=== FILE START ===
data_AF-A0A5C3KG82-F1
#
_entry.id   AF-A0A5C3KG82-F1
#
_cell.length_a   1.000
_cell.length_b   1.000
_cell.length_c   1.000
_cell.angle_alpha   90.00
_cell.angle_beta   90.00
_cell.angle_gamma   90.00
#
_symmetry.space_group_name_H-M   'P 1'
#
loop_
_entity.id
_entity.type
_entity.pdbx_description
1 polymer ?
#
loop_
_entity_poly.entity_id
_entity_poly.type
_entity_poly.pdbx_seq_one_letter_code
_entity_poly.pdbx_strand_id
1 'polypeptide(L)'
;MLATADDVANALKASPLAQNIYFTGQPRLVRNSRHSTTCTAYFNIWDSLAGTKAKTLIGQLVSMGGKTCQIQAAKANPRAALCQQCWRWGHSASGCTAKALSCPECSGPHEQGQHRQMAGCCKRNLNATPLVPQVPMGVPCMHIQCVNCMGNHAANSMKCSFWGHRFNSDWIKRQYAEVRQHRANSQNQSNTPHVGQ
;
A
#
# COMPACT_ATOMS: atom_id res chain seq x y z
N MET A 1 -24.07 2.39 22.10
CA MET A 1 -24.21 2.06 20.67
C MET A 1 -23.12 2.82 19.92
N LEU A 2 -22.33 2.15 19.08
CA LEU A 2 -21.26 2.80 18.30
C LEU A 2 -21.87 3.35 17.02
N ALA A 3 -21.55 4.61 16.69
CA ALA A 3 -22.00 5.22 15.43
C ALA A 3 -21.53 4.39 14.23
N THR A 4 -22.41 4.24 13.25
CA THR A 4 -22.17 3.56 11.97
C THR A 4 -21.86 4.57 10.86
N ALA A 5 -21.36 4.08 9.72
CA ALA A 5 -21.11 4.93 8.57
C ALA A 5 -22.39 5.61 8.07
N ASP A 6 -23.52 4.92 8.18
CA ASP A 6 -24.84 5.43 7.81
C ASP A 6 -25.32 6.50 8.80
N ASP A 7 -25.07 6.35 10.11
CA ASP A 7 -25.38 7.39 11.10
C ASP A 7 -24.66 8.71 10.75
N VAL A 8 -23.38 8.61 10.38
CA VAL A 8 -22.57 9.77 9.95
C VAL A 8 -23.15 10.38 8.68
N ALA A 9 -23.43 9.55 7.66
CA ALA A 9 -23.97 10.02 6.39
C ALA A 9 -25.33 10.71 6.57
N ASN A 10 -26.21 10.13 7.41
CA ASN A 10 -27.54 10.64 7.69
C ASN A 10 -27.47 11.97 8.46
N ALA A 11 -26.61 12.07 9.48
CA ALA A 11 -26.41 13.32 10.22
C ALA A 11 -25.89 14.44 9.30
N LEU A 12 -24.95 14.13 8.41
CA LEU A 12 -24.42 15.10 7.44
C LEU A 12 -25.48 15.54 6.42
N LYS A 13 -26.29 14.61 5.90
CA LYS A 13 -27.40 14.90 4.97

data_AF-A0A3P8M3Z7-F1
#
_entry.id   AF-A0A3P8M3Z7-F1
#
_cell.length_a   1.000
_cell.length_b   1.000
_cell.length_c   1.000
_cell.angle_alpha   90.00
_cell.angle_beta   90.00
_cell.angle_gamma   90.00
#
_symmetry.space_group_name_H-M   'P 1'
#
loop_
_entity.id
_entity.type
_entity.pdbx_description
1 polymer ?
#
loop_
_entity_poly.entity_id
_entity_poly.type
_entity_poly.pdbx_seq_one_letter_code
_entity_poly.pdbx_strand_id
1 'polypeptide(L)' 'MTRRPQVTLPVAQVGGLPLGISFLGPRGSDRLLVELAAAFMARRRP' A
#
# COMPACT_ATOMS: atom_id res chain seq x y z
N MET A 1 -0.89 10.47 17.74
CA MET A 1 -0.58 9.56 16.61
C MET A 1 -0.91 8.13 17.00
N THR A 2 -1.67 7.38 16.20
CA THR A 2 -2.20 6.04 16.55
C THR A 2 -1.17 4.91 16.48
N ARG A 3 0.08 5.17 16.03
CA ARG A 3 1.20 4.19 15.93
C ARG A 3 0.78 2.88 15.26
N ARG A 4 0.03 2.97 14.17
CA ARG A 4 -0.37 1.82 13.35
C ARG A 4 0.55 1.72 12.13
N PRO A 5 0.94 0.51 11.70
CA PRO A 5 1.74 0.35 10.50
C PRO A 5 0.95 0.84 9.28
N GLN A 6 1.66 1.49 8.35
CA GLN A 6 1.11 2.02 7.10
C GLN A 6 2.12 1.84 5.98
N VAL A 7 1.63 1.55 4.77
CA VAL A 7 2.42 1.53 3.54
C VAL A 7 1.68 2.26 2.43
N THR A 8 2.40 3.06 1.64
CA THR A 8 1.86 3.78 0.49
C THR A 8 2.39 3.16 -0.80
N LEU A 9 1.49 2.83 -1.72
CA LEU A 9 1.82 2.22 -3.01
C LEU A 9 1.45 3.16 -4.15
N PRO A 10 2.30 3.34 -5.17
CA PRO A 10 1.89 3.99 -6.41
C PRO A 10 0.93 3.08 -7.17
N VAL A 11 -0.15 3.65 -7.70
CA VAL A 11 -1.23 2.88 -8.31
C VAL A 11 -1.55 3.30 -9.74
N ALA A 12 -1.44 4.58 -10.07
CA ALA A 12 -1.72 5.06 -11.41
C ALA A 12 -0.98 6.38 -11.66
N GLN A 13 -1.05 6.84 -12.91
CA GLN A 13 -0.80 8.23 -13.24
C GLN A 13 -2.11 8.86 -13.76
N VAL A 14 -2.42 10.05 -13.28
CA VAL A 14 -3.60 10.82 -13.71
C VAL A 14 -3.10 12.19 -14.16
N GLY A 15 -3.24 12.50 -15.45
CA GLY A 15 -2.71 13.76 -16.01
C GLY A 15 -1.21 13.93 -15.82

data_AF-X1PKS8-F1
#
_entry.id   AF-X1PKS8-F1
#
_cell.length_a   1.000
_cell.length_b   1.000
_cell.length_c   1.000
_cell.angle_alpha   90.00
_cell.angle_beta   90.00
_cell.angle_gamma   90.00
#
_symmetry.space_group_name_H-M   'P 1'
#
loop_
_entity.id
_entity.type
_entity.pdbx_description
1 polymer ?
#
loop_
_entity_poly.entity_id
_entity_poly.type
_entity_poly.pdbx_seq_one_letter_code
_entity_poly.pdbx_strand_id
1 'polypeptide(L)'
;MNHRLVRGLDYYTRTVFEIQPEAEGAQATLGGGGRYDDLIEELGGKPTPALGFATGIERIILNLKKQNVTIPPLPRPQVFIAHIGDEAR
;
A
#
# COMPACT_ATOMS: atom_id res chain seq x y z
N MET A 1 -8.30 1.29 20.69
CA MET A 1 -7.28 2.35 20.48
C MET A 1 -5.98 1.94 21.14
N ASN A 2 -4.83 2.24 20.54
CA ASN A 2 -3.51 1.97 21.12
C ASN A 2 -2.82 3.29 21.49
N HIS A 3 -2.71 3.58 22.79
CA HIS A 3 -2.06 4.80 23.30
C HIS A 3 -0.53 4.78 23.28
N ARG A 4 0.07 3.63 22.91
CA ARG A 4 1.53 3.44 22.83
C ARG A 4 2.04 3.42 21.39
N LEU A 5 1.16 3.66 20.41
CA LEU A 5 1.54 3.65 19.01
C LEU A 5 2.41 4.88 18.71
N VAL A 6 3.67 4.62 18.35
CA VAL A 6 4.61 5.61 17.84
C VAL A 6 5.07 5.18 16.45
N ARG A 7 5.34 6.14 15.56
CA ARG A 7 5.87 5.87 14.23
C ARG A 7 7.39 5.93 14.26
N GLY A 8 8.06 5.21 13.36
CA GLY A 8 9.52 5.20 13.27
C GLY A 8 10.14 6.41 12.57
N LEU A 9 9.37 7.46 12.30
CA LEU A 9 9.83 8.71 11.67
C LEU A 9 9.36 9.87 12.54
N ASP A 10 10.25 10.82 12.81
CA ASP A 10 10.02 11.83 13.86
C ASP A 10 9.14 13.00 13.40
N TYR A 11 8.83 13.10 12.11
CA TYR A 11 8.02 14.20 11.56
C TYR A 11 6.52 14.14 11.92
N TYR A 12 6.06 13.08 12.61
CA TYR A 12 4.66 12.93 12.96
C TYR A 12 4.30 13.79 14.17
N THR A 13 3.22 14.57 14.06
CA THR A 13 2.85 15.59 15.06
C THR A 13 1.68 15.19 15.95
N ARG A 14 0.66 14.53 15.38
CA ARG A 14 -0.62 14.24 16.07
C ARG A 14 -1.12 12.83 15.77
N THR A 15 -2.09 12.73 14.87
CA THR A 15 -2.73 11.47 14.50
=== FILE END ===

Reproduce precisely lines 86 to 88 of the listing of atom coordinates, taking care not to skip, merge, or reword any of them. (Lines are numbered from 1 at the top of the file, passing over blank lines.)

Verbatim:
1 polymer ?
#
loop_